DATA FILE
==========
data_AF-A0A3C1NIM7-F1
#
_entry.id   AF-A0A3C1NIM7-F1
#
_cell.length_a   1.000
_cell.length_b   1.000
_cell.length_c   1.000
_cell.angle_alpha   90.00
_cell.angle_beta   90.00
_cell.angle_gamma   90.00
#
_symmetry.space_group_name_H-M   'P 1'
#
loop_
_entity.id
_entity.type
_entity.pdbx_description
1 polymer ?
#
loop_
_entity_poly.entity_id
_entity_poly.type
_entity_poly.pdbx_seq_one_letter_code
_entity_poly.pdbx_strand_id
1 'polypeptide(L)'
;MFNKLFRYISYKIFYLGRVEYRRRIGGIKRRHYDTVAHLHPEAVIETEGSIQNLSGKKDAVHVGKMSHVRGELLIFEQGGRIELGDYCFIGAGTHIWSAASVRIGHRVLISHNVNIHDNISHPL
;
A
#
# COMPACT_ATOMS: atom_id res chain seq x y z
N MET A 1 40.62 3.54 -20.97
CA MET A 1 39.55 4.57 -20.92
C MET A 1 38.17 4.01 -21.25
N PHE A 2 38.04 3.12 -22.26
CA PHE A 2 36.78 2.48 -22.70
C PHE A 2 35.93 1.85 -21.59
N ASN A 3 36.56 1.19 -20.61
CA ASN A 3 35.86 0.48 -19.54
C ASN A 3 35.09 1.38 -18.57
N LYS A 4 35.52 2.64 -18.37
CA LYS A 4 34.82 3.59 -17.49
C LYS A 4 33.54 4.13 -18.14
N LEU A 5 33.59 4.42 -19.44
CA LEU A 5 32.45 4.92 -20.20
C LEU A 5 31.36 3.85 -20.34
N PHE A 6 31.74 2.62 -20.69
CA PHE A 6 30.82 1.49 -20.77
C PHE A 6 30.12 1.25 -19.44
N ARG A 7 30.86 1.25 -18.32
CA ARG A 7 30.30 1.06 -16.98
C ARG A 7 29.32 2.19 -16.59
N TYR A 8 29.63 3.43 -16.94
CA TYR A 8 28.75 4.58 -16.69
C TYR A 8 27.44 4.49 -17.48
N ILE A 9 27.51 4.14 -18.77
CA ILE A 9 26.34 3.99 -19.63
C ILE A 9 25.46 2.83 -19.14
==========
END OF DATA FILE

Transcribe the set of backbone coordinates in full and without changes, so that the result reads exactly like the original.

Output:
data_AF-A0A3C1NIM7-F1
#
_entry.id   AF-A0A3C1NIM7-F1
#
_cell.length_a   1.000
_cell.length_b   1.000
_cell.length_c   1.000
_cell.angle_alpha   90.00
_cell.angle_beta   90.00
_cell.angle_gamma   90.00
#
_symmetry.space_group_name_H-M   'P 1'
#
loop_
_entity.id
_entity.type
_entity.pdbx_description
1 polymer ?
#
loop_
_entity_poly.entity_id
_entity_poly.type
_entity_poly.pdbx_seq_one_letter_code
_entity_poly.pdbx_strand_id
1 'polypeptide(L)'
;MFNKLFRYISYKIFYLGRVEYRRRIGGIKRRHYDTVAHLHPEAVIETEGSIQNLSGKKDAVHVGKMSHVRGELLIFEQGGRIELGDYCFIGAGTHIWSAASVRIGHRVLISHNVNIHDNISHPL
;
A
#
# COMPACT_ATOMS: atom_id res chain seq x y z
N MET A 1 40.62 3.54 -20.97
CA MET A 1 39.55 4.57 -20.92
C MET A 1 38.17 4.01 -21.25
N PHE A 2 38.04 3.12 -22.26
CA PHE A 2 36.78 2.48 -22.70
C PHE A 2 35.93 1.85 -21.59
N ASN A 3 36.56 1.19 -20.61
CA ASN A 3 35.86 0.48 -19.54
C ASN A 3 35.09 1.38 -18.57
N LYS A 4 35.52 2.64 -18.37
CA LYS A 4 34.82 3.59 -17.49
C LYS A 4 33.54 4.13 -18.14
N LEU A 5 33.59 4.42 -19.44
CA LEU A 5 32.45 4.92 -20.20
C LEU A 5 31.36 3.85 -20.34
N PHE A 6 31.74 2.62 -20.69
CA PHE A 6 30.82 1.49 -20.77
C PHE A 6 30.12 1.25 -19.44
N ARG A 7 30.86 1.25 -18.32
CA ARG A 7 30.30 1.06 -16.98
C ARG A 7 29.32 2.19 -16.59
N TYR A 8 29.63 3.43 -16.94
CA TYR A 8 28.75 4.58 -16.69
C TYR A 8 27.44 4.49 -17.48
N ILE A 9 27.51 4.14 -18.77
CA ILE A 9 26.34 3.99 -19.63
C ILE A 9 25.46 2.83 -19.14